Caused by a virus called Epstein-Barr, glandular fever is a common infectious illness. It is also known as infectious mononucleosis (shortened to ‘mono’) or the “kissing disease”.
This is because the virus is transmitted through saliva. It can also passed on through airborne droplets through coughing, sneezing or sharing infected drink bottles, cups or cutlery. It occurs most commonly in teenagers and young adults.
Symptoms and Diagnosis
The incubation period for glandular fever is 30 to 50 days, which means symptoms will take a long time to show after time of infection.
Starting gradually with fatigue, symptoms can include:
- Sore throat
- Swollen glands
- Swollen tonsils
- Muscle aches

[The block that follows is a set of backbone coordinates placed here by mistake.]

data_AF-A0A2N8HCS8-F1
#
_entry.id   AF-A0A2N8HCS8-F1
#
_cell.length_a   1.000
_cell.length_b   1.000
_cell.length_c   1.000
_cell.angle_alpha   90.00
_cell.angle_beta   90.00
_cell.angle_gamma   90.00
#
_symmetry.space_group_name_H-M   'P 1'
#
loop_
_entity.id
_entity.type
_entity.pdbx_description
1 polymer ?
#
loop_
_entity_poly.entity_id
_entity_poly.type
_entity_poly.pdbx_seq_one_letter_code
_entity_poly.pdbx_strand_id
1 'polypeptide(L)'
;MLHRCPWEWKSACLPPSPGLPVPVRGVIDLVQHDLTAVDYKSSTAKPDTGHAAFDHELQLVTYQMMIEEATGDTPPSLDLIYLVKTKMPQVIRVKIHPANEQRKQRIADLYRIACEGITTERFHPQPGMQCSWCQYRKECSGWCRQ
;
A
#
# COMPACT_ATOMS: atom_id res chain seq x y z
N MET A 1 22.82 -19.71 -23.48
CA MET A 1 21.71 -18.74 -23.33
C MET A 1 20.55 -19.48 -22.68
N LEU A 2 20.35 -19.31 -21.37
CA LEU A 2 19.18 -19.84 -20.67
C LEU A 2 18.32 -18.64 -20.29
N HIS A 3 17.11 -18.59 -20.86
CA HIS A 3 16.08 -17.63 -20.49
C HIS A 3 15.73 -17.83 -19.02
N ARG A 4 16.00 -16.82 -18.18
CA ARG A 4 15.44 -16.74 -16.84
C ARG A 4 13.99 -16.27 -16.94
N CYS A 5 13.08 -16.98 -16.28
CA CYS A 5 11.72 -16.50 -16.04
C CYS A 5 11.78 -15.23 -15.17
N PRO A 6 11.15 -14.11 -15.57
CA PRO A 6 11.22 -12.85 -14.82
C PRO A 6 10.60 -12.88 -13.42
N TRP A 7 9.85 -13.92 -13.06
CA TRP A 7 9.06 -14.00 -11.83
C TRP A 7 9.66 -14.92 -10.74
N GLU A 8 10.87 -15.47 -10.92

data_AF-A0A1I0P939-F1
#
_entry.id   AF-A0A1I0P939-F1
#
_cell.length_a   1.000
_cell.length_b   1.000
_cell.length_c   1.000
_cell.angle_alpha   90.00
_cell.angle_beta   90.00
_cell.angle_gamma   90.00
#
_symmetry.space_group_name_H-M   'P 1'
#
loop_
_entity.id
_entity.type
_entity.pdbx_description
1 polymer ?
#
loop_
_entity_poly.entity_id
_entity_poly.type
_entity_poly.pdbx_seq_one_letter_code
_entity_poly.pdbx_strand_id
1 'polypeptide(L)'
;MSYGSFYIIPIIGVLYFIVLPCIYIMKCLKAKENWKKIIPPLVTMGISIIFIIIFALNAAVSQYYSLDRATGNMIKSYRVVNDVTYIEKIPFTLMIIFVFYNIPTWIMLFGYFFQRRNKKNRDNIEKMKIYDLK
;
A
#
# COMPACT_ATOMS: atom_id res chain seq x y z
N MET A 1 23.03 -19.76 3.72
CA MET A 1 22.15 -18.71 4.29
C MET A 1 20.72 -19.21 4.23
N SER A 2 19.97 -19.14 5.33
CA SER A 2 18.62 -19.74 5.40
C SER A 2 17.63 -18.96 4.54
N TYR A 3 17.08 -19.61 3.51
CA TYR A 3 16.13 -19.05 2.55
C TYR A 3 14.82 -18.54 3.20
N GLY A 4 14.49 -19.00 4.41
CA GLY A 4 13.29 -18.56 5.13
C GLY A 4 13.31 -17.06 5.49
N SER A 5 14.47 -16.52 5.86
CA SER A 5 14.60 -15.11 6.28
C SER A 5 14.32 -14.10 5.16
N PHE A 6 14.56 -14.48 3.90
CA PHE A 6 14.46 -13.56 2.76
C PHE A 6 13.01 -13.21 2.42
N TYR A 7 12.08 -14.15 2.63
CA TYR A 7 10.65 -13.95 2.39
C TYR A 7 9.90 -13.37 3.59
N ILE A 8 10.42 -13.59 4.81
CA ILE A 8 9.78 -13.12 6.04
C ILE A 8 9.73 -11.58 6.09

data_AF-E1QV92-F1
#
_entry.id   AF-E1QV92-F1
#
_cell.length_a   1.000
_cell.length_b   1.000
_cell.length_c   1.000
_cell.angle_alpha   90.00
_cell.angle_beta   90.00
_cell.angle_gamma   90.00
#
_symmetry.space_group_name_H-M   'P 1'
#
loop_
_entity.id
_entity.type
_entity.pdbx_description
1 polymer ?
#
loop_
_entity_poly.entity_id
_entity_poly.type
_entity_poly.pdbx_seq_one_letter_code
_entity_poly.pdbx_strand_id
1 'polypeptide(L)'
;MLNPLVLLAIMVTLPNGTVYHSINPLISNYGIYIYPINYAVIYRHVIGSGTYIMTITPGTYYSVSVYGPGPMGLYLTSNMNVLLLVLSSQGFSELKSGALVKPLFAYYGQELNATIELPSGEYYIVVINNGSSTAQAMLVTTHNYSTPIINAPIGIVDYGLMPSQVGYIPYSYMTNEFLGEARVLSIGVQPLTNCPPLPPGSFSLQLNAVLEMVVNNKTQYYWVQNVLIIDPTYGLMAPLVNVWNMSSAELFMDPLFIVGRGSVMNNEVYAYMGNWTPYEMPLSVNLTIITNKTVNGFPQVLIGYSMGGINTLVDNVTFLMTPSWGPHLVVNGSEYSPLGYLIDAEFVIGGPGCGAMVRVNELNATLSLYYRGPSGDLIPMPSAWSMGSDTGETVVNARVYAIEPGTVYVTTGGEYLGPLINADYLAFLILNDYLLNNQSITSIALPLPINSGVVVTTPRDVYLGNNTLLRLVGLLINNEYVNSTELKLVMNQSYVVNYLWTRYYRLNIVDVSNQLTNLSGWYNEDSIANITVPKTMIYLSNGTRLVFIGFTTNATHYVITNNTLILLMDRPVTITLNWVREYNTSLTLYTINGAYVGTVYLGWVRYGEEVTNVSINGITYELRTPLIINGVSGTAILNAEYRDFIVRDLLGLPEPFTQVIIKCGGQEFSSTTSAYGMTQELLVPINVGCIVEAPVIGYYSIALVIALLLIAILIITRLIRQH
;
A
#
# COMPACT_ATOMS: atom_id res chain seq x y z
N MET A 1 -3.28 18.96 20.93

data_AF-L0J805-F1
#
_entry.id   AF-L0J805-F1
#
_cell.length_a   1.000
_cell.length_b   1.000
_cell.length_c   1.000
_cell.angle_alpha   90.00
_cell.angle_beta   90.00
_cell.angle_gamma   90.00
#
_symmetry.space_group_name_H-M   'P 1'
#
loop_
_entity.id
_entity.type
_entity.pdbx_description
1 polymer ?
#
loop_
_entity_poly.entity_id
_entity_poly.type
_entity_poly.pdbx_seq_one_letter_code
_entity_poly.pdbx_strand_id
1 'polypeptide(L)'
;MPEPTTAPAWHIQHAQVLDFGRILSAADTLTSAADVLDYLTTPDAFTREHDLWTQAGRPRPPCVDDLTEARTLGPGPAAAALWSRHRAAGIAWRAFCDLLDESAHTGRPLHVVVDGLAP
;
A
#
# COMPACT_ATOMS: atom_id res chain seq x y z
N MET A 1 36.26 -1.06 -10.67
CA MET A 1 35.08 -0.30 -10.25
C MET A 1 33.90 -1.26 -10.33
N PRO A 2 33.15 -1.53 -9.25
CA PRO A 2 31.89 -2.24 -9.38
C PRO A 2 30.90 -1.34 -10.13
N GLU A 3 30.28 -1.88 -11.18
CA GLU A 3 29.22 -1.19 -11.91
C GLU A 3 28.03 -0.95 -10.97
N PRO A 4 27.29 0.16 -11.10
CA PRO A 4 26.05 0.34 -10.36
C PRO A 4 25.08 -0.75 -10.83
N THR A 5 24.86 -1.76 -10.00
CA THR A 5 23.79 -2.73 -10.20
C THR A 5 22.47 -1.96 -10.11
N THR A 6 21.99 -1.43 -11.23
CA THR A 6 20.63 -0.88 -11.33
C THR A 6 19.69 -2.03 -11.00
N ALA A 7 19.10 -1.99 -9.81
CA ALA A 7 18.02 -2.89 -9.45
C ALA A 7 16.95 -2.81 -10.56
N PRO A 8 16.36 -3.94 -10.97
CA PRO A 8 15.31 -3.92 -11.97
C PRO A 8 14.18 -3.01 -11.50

Symptoms can last for weeks or even months, particularly fatigue.
In some cases glandular fever can cause an enlarged spleen, inflammation of the liver and jaundice. Other rare complications include meningitis or pneumonia.
In younger children, symptoms may be more flu-like or even non-existent. In fact, many people are exposed to the virus during childhood unknowingly and develop immunity. It is estimated 90% of adults have been exposed to the Epstein-Barr virus.
Glandular fever can be diagnosed by a GP and confirmed through a blood test.
Because it is a virus, antibiotics are ineffective for glandular fever. There is no specific treatment beyond getting rest and staying hydrated.
Taking over the counter pain relief or cold and flu medications can help alleviate symptoms.
There is no vaccine for the Epstein-Barr virus. Due to the long incubation and infectious period of glandular fever there is no restriction period from school or childcare.
As with any illness, good personal hygiene and sickness etiquette is the best way to limit transmission of the virus.